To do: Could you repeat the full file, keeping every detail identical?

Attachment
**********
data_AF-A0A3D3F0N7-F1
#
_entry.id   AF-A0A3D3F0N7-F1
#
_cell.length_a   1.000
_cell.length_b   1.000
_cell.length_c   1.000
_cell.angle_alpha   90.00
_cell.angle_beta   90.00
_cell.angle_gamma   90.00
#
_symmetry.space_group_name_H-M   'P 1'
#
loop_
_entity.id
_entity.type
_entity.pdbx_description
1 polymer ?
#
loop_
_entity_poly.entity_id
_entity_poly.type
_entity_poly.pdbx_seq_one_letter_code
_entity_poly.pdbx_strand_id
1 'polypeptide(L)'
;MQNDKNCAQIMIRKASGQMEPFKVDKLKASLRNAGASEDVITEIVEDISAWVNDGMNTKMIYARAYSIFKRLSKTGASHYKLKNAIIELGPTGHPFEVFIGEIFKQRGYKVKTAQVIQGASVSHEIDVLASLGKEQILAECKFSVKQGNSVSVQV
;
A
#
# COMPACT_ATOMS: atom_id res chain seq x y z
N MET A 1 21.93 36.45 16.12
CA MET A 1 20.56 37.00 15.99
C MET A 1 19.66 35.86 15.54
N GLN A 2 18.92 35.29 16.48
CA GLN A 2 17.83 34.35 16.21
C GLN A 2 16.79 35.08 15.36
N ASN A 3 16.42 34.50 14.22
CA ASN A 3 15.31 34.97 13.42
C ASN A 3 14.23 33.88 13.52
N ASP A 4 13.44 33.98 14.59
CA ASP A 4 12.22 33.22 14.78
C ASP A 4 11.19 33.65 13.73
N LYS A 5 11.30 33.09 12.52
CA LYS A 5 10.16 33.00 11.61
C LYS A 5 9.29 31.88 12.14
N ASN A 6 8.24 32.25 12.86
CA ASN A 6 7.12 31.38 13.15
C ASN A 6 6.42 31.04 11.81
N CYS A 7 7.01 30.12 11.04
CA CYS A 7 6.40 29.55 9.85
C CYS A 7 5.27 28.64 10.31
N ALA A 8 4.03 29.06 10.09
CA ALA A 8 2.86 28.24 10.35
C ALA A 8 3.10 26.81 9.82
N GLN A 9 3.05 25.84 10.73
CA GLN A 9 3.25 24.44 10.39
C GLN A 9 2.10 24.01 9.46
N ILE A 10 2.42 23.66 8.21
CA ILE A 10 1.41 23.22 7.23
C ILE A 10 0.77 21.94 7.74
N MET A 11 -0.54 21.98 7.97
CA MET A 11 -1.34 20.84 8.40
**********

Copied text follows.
data_AF-A0A3D3F0N7-F1
#
_entry.id   AF-A0A3D3F0N7-F1
#
_cell.length_a   1.000
_cell.length_b   1.000
_cell.length_c   1.000
_cell.angle_alpha   90.00
_cell.angle_beta   90.00
_cell.angle_gamma   90.00
#
_symmetry.space_group_name_H-M   'P 1'
#
loop_
_entity.id
_entity.type
_entity.pdbx_description
1 polymer ?
#
loop_
_entity_poly.entity_id
_entity_poly.type
_entity_poly.pdbx_seq_one_letter_code
_entity_poly.pdbx_strand_id
1 'polypeptide(L)'
;MQNDKNCAQIMIRKASGQMEPFKVDKLKASLRNAGASEDVITEIVEDISAWVNDGMNTKMIYARAYSIFKRLSKTGASHYKLKNAIIELGPTGHPFEVFIGEIFKQRGYKVKTAQVIQGASVSHEIDVLASLGKEQILAECKFSVKQGNSVSVQV
;
A
#
# COMPACT_ATOMS: atom_id res chain seq x y z
N MET A 1 21.93 36.45 16.12
CA MET A 1 20.56 37.00 15.99
C MET A 1 19.66 35.86 15.54
N GLN A 2 18.92 35.29 16.48
CA GLN A 2 17.83 34.35 16.21
C GLN A 2 16.79 35.08 15.36
N ASN A 3 16.42 34.50 14.22
CA ASN A 3 15.31 34.97 13.42
C ASN A 3 14.23 33.88 13.52
N ASP A 4 13.44 33.98 14.59
CA ASP A 4 12.22 33.22 14.78
C ASP A 4 11.19 33.65 13.73
N LYS A 5 11.30 33.09 12.52
CA LYS A 5 10.16 33.00 11.61
C LYS A 5 9.29 31.88 12.14
N ASN A 6 8.24 32.25 12.86
CA ASN A 6 7.12 31.38 13.15
C ASN A 6 6.42 31.04 11.81
N CYS A 7 7.01 30.12 11.04
CA CYS A 7 6.40 29.55 9.85
C CYS A 7 5.27 28.64 10.31
N ALA A 8 4.03 29.06 10.09
CA ALA A 8 2.86 28.24 10.35
C ALA A 8 3.10 26.81 9.82
N GLN A 9 3.05 25.84 10.73
CA GLN A 9 3.25 24.44 10.39
C GLN A 9 2.10 24.01 9.46
N ILE A 10 2.42 23.66 8.21
CA ILE A 10 1.41 23.22 7.23
C ILE A 10 0.77 21.94 7.74
N MET A 11 -0.54 21.98 7.97
CA MET A 11 -1.34 20.84 8.40